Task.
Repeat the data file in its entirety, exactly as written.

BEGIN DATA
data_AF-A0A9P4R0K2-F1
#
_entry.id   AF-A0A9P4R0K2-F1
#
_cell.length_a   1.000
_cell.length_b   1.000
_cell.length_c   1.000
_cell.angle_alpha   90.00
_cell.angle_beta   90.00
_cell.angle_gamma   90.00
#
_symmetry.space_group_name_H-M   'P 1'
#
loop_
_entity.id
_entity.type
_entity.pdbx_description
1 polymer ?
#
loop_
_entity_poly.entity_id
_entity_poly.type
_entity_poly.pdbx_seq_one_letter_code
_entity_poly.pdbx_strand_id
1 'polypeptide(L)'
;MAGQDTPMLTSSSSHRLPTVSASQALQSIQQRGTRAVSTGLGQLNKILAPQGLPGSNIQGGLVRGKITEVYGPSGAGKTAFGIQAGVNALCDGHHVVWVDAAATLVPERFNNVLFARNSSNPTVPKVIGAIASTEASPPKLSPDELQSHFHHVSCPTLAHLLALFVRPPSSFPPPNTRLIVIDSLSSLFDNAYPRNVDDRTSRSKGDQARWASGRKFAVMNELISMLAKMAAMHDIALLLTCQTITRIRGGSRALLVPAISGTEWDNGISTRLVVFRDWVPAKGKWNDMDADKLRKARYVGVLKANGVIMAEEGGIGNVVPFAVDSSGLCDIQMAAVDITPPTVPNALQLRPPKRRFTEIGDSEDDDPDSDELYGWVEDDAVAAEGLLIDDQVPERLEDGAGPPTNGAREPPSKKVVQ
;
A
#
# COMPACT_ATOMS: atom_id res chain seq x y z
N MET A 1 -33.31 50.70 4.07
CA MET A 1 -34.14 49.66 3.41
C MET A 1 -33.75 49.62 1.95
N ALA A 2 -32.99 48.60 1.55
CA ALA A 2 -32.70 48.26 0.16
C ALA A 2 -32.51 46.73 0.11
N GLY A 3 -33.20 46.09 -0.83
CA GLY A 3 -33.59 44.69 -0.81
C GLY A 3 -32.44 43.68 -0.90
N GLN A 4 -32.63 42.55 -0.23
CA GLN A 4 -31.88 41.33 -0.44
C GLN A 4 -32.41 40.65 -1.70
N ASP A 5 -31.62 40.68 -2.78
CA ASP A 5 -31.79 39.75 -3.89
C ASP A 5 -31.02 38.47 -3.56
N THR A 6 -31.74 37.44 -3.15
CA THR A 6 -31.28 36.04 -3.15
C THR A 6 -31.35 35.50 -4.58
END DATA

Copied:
data_AF-A0A9P4R0K2-F1
#
_entry.id   AF-A0A9P4R0K2-F1
#
_cell.length_a   1.000
_cell.length_b   1.000
_cell.length_c   1.000
_cell.angle_alpha   90.00
_cell.angle_beta   90.00
_cell.angle_gamma   90.00
#
_symmetry.space_group_name_H-M   'P 1'
#
loop_
_entity.id
_entity.type
_entity.pdbx_description
1 polymer ?
#
loop_
_entity_poly.entity_id
_entity_poly.type
_entity_poly.pdbx_seq_one_letter_code
_entity_poly.pdbx_strand_id
1 'polypeptide(L)'
;MAGQDTPMLTSSSSHRLPTVSASQALQSIQQRGTRAVSTGLGQLNKILAPQGLPGSNIQGGLVRGKITEVYGPSGAGKTAFGIQAGVNALCDGHHVVWVDAAATLVPERFNNVLFARNSSNPTVPKVIGAIASTEASPPKLSPDELQSHFHHVSCPTLAHLLALFVRPPSSFPPPNTRLIVIDSLSSLFDNAYPRNVDDRTSRSKGDQARWASGRKFAVMNELISMLAKMAAMHDIALLLTCQTITRIRGGSRALLVPAISGTEWDNGISTRLVVFRDWVPAKGKWNDMDADKLRKARYVGVLKANGVIMAEEGGIGNVVPFAVDSSGLCDIQMAAVDITPPTVPNALQLRPPKRRFTEIGDSEDDDPDSDELYGWVEDDAVAAEGLLIDDQVPERLEDGAGPPTNGAREPPSKKVVQ
;
A
#
# COMPACT_ATOMS: atom_id res chain seq x y z
N MET A 1 -33.31 50.70 4.07
CA MET A 1 -34.14 49.66 3.41
C MET A 1 -33.75 49.62 1.95
N ALA A 2 -32.99 48.60 1.55
CA ALA A 2 -32.70 48.26 0.16
C ALA A 2 -32.51 46.73 0.11
N GLY A 3 -33.20 46.09 -0.83
CA GLY A 3 -33.59 44.69 -0.81
C GLY A 3 -32.44 43.68 -0.90
N GLN A 4 -32.63 42.55 -0.23
CA GLN A 4 -31.88 41.33 -0.44
C GLN A 4 -32.41 40.65 -1.70
N ASP A 5 -31.62 40.68 -2.78
CA ASP A 5 -31.79 39.75 -3.89
C ASP A 5 -31.02 38.47 -3.56
N THR A 6 -31.74 37.44 -3.15
CA THR A 6 -31.28 36.04 -3.15
C THR A 6 -31.35 35.50 -4.58